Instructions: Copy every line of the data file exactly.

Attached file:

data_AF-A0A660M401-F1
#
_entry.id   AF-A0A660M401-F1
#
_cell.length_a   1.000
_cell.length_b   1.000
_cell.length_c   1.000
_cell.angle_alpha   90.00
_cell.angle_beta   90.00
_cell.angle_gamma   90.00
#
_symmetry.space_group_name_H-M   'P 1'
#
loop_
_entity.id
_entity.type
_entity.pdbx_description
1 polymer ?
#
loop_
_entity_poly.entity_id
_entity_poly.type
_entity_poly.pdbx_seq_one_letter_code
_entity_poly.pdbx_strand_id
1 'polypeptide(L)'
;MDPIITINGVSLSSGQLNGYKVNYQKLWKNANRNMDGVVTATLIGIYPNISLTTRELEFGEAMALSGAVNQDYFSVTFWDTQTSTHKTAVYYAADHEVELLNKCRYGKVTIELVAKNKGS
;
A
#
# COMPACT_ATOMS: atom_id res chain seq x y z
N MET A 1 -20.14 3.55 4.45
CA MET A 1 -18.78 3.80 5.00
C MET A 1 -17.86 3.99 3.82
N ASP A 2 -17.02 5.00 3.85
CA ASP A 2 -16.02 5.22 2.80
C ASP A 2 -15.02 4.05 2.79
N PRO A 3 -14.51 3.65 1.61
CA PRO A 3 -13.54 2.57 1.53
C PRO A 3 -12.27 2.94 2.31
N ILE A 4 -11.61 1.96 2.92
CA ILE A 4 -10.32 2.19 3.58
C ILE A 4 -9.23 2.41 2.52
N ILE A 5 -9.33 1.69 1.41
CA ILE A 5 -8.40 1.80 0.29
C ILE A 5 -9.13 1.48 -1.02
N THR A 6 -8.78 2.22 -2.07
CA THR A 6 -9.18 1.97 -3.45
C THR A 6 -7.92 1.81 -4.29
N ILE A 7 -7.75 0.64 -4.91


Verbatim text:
data_AF-A0A660M401-F1
#
_entry.id   AF-A0A660M401-F1
#
_cell.length_a   1.000
_cell.length_b   1.000
_cell.length_c   1.000
_cell.angle_alpha   90.00
_cell.angle_beta   90.00
_cell.angle_gamma   90.00
#
_symmetry.space_group_name_H-M   'P 1'
#
loop_
_entity.id
_entity.type
_entity.pdbx_description
1 polymer ?
#
loop_
_entity_poly.entity_id
_entity_poly.type
_entity_poly.pdbx_seq_one_letter_code
_entity_poly.pdbx_strand_id
1 'polypeptide(L)'
;MDPIITINGVSLSSGQLNGYKVNYQKLWKNANRNMDGVVTATLIGIYPNISLTTRELEFGEAMALSGAVNQDYFSVTFWDTQTSTHKTAVYYAADHEVELLNKCRYGKVTIELVAKNKGS
;
A
#
# COMPACT_ATOMS: atom_id res chain seq x y z
N MET A 1 -20.14 3.55 4.45
CA MET A 1 -18.78 3.80 5.00
C MET A 1 -17.86 3.99 3.82
N ASP A 2 -17.02 5.00 3.85
CA ASP A 2 -16.02 5.22 2.80
C ASP A 2 -15.02 4.05 2.79
N PRO A 3 -14.51 3.65 1.61
CA PRO A 3 -13.54 2.57 1.53
C PRO A 3 -12.27 2.94 2.31
N ILE A 4 -11.61 1.96 2.92
CA ILE A 4 -10.32 2.19 3.58
C ILE A 4 -9.23 2.41 2.52
N ILE A 5 -9.33 1.69 1.41
CA ILE A 5 -8.40 1.80 0.29
C ILE A 5 -9.13 1.48 -1.02
N THR A 6 -8.78 2.22 -2.07
CA THR A 6 -9.18 1.97 -3.45
C THR A 6 -7.92 1.81 -4.29
N ILE A 7 -7.75 0.64 -4.91